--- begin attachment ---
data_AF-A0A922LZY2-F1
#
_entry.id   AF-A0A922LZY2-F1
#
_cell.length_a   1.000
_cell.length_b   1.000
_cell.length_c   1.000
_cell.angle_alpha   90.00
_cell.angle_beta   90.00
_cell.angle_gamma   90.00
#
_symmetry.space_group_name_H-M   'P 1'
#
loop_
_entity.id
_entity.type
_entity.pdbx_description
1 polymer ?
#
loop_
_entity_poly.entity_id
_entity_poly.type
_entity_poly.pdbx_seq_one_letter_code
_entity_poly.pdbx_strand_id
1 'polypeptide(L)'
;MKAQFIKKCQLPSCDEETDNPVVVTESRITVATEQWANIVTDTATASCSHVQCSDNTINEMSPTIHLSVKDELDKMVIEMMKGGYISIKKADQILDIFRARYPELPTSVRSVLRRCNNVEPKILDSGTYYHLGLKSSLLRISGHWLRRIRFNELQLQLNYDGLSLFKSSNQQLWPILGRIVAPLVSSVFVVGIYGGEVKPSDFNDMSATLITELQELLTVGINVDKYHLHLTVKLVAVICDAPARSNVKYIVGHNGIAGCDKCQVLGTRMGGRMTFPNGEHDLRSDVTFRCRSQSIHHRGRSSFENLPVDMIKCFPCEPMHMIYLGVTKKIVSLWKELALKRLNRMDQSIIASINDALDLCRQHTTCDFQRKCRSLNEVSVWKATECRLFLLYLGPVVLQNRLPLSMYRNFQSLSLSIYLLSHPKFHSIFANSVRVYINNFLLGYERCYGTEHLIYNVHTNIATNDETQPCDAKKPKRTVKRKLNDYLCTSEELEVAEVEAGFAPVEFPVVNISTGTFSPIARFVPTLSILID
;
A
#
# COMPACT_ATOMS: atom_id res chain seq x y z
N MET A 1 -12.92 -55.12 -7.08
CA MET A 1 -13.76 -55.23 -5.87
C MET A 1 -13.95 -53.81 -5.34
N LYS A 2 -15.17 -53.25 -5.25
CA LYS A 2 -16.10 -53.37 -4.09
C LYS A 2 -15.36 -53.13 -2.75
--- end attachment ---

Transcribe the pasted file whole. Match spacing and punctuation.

data_AF-A0A922LZY2-F1
#
_entry.id   AF-A0A922LZY2-F1
#
_cell.length_a   1.000
_cell.length_b   1.000
_cell.length_c   1.000
_cell.angle_alpha   90.00
_cell.angle_beta   90.00
_cell.angle_gamma   90.00
#
_symmetry.space_group_name_H-M   'P 1'
#
loop_
_entity.id
_entity.type
_entity.pdbx_description
1 polymer ?
#
loop_
_entity_poly.entity_id
_entity_poly.type
_entity_poly.pdbx_seq_one_letter_code
_entity_poly.pdbx_strand_id
1 'polypeptide(L)'
;MKAQFIKKCQLPSCDEETDNPVVVTESRITVATEQWANIVTDTATASCSHVQCSDNTINEMSPTIHLSVKDELDKMVIEMMKGGYISIKKADQILDIFRARYPELPTSVRSVLRRCNNVEPKILDSGTYYHLGLKSSLLRISGHWLRRIRFNELQLQLNYDGLSLFKSSNQQLWPILGRIVAPLVSSVFVVGIYGGEVKPSDFNDMSATLITELQELLTVGINVDKYHLHLTVKLVAVICDAPARSNVKYIVGHNGIAGCDKCQVLGTRMGGRMTFPNGEHDLRSDVTFRCRSQSIHHRGRSSFENLPVDMIKCFPCEPMHMIYLGVTKKIVSLWKELALKRLNRMDQSIIASINDALDLCRQHTTCDFQRKCRSLNEVSVWKATECRLFLLYLGPVVLQNRLPLSMYRNFQSLSLSIYLLSHPKFHSIFANSVRVYINNFLLGYERCYGTEHLIYNVHTNIATNDETQPCDAKKPKRTVKRKLNDYLCTSEELEVAEVEAGFAPVEFPVVNISTGTFSPIARFVPTLSILID
;
A
#
# COMPACT_ATOMS: atom_id res chain seq x y z
N MET A 1 -12.92 -55.12 -7.08
CA MET A 1 -13.76 -55.23 -5.87
C MET A 1 -13.95 -53.81 -5.34
N LYS A 2 -15.17 -53.25 -5.25
CA LYS A 2 -16.10 -53.37 -4.09
C LYS A 2 -15.36 -53.13 -2.75